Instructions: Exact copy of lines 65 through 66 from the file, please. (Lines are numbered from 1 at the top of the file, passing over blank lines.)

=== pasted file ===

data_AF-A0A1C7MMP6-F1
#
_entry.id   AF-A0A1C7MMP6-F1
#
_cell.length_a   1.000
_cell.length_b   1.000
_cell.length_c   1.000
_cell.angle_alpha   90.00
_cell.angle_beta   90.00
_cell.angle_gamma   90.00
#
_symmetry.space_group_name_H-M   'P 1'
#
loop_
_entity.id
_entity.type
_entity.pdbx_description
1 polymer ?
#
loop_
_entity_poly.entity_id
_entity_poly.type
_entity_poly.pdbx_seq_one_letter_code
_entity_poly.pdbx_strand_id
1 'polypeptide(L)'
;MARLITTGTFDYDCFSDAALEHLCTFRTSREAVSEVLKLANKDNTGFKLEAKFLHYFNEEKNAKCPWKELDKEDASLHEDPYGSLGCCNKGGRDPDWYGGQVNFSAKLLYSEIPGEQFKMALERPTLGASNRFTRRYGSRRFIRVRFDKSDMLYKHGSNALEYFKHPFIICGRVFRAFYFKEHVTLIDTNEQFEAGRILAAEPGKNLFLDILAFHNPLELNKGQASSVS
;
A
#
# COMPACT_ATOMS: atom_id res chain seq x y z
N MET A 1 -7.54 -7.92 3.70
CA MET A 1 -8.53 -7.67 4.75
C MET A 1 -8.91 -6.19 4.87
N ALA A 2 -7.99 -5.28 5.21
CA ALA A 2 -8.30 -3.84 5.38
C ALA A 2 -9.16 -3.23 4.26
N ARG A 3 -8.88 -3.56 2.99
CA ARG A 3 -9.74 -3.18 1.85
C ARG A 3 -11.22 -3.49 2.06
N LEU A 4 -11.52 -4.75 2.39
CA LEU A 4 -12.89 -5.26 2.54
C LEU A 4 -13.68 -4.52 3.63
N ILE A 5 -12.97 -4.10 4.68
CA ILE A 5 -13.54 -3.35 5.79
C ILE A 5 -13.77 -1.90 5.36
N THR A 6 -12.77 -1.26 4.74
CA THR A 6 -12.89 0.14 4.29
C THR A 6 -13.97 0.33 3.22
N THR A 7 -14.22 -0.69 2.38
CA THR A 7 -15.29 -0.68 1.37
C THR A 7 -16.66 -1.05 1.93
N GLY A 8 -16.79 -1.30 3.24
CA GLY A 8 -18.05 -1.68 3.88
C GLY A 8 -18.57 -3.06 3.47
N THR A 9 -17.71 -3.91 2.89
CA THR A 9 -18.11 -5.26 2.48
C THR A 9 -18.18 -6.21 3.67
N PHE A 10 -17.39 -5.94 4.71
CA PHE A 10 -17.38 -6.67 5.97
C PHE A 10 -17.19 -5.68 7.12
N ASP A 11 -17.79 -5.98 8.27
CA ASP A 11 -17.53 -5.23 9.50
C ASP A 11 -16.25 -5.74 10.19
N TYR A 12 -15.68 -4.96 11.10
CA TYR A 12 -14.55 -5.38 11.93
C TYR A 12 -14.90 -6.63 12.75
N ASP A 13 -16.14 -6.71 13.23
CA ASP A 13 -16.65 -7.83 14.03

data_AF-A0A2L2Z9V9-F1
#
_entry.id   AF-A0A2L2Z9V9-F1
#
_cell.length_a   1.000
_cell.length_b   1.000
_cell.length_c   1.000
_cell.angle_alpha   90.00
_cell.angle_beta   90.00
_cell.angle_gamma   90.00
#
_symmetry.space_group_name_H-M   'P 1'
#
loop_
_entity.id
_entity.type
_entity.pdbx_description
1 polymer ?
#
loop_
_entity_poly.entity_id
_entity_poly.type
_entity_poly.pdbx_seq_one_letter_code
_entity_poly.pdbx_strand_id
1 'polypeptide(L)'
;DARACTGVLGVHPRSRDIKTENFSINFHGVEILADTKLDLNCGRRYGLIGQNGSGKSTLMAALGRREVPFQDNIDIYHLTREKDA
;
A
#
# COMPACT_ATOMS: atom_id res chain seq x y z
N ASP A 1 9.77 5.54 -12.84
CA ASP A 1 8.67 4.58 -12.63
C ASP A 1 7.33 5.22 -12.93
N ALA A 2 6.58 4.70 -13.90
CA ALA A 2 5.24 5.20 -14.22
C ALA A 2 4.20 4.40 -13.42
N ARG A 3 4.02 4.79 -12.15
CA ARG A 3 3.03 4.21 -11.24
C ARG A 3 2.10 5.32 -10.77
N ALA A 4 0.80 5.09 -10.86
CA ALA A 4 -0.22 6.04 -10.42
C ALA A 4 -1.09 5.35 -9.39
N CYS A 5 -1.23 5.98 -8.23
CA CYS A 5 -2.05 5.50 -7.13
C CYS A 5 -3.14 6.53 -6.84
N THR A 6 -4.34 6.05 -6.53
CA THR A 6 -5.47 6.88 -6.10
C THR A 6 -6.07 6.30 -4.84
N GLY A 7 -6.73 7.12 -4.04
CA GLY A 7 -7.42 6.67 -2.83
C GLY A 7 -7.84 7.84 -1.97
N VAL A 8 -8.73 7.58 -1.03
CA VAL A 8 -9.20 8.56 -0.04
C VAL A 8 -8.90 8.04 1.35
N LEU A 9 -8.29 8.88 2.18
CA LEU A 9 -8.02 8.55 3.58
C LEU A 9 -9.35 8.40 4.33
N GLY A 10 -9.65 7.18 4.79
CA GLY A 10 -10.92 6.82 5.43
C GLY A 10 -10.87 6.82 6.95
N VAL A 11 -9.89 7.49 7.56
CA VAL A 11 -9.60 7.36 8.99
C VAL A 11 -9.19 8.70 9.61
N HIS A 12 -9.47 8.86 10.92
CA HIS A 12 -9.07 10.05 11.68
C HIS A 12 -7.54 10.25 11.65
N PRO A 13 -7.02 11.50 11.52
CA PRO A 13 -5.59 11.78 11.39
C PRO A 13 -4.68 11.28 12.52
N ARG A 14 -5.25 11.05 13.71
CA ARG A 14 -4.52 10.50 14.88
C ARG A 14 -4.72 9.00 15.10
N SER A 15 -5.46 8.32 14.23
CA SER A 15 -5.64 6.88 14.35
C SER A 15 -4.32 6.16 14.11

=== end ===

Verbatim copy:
CA TYR A 12 -14.55 -5.38 11.93
C TYR A 12 -14.90 -6.63 12.75